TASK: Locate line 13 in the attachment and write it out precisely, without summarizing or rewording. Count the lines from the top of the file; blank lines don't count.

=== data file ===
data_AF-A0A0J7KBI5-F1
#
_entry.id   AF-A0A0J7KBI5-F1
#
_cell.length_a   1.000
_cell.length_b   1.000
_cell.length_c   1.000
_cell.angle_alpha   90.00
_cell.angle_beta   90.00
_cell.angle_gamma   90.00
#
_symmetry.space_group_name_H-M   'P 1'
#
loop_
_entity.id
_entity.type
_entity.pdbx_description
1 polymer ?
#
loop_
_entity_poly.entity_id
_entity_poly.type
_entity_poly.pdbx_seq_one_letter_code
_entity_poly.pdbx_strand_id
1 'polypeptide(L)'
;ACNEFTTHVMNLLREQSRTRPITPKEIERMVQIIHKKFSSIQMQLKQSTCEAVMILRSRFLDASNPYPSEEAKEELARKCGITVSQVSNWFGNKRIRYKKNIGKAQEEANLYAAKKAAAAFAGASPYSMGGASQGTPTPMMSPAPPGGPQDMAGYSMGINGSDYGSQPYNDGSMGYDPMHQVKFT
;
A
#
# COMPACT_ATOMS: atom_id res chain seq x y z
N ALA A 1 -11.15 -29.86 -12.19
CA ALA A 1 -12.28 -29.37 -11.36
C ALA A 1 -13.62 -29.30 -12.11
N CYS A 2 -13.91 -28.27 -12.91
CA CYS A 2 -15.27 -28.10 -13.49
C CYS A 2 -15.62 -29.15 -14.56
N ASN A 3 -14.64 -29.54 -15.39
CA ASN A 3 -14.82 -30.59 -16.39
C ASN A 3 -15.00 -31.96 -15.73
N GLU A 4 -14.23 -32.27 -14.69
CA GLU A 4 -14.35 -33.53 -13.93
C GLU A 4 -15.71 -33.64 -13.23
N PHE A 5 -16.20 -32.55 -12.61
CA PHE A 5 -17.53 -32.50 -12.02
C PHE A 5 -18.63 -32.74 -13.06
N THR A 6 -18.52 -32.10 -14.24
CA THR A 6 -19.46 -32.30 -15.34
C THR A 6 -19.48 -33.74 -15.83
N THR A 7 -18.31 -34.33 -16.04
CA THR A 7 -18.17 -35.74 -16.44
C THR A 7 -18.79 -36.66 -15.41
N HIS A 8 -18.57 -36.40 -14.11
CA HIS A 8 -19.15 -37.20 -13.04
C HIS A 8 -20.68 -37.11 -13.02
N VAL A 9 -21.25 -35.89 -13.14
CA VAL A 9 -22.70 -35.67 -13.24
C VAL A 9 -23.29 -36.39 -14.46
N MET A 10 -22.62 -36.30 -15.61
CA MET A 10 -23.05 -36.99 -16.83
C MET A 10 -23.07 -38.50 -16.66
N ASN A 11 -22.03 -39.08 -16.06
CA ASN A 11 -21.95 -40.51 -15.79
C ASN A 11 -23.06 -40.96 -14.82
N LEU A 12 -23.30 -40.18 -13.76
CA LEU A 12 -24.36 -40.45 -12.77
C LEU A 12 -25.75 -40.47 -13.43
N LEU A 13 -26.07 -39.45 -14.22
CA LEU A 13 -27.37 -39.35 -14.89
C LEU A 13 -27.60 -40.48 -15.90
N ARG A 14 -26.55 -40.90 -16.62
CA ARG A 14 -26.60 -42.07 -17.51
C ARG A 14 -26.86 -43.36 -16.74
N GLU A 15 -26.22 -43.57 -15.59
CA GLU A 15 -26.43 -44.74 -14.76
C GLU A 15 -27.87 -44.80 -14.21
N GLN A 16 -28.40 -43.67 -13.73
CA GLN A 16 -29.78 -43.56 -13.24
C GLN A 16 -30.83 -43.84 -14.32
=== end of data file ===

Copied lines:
#